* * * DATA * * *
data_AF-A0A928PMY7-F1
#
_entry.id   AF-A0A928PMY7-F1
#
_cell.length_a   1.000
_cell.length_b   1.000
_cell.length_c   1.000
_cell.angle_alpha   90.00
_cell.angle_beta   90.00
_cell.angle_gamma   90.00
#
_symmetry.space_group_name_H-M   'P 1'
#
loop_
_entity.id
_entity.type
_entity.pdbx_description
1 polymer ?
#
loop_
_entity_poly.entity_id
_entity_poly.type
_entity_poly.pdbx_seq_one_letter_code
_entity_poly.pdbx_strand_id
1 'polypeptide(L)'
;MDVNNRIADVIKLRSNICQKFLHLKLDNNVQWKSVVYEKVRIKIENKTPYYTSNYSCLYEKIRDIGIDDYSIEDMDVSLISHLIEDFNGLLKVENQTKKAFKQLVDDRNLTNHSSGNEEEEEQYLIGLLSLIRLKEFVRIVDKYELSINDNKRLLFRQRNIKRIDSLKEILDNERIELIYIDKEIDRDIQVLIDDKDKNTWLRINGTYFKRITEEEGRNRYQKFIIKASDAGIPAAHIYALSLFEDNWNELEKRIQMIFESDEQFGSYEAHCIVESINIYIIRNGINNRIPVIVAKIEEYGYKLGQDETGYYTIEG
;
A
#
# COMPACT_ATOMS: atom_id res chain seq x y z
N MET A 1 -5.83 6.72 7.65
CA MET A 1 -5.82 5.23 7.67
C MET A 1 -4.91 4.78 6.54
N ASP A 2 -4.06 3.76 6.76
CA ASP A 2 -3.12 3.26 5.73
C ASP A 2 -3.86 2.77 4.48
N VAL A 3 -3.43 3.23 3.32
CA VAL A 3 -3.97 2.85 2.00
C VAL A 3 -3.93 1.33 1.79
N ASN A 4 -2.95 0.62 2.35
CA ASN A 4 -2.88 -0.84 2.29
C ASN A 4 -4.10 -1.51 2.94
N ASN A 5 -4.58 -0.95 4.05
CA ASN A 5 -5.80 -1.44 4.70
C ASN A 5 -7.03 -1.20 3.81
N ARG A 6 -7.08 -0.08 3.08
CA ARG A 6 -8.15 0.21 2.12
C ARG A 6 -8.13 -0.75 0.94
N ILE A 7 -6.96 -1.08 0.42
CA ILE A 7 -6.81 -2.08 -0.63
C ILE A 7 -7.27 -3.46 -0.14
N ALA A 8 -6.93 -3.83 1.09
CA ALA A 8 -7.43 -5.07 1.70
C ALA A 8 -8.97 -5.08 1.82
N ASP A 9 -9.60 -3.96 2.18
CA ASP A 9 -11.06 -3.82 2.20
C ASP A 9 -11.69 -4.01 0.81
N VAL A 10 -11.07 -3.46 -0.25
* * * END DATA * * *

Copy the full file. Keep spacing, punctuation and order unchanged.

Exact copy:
data_AF-A0A928PMY7-F1
#
_entry.id   AF-A0A928PMY7-F1
#
_cell.length_a   1.000
_cell.length_b   1.000
_cell.length_c   1.000
_cell.angle_alpha   90.00
_cell.angle_beta   90.00
_cell.angle_gamma   90.00
#
_symmetry.space_group_name_H-M   'P 1'
#
loop_
_entity.id
_entity.type
_entity.pdbx_description
1 polymer ?
#
loop_
_entity_poly.entity_id
_entity_poly.type
_entity_poly.pdbx_seq_one_letter_code
_entity_poly.pdbx_strand_id
1 'polypeptide(L)'
;MDVNNRIADVIKLRSNICQKFLHLKLDNNVQWKSVVYEKVRIKIENKTPYYTSNYSCLYEKIRDIGIDDYSIEDMDVSLISHLIEDFNGLLKVENQTKKAFKQLVDDRNLTNHSSGNEEEEEQYLIGLLSLIRLKEFVRIVDKYELSINDNKRLLFRQRNIKRIDSLKEILDNERIELIYIDKEIDRDIQVLIDDKDKNTWLRINGTYFKRITEEEGRNRYQKFIIKASDAGIPAAHIYALSLFEDNWNELEKRIQMIFESDEQFGSYEAHCIVESINIYIIRNGINNRIPVIVAKIEEYGYKLGQDETGYYTIEG
;
A
#
# COMPACT_ATOMS: atom_id res chain seq x y z
N MET A 1 -5.83 6.72 7.65
CA MET A 1 -5.82 5.23 7.67
C MET A 1 -4.91 4.78 6.54
N ASP A 2 -4.06 3.76 6.76
CA ASP A 2 -3.12 3.26 5.73
C ASP A 2 -3.86 2.77 4.48
N VAL A 3 -3.43 3.23 3.32
CA VAL A 3 -3.97 2.85 2.00
C VAL A 3 -3.93 1.33 1.79
N ASN A 4 -2.95 0.62 2.35
CA ASN A 4 -2.88 -0.84 2.29
C ASN A 4 -4.10 -1.51 2.94
N ASN A 5 -4.58 -0.95 4.05
CA ASN A 5 -5.80 -1.44 4.70
C ASN A 5 -7.03 -1.20 3.81
N ARG A 6 -7.08 -0.08 3.08
CA ARG A 6 -8.15 0.21 2.12
C ARG A 6 -8.13 -0.75 0.94
N ILE A 7 -6.96 -1.08 0.42
CA ILE A 7 -6.81 -2.08 -0.63
C ILE A 7 -7.27 -3.46 -0.14
N ALA A 8 -6.93 -3.83 1.09
CA ALA A 8 -7.43 -5.07 1.70
C ALA A 8 -8.97 -5.08 1.82
N ASP A 9 -9.60 -3.96 2.18
CA ASP A 9 -11.06 -3.82 2.20
C ASP A 9 -11.69 -4.01 0.81
N VAL A 10 -11.07 -3.46 -0.25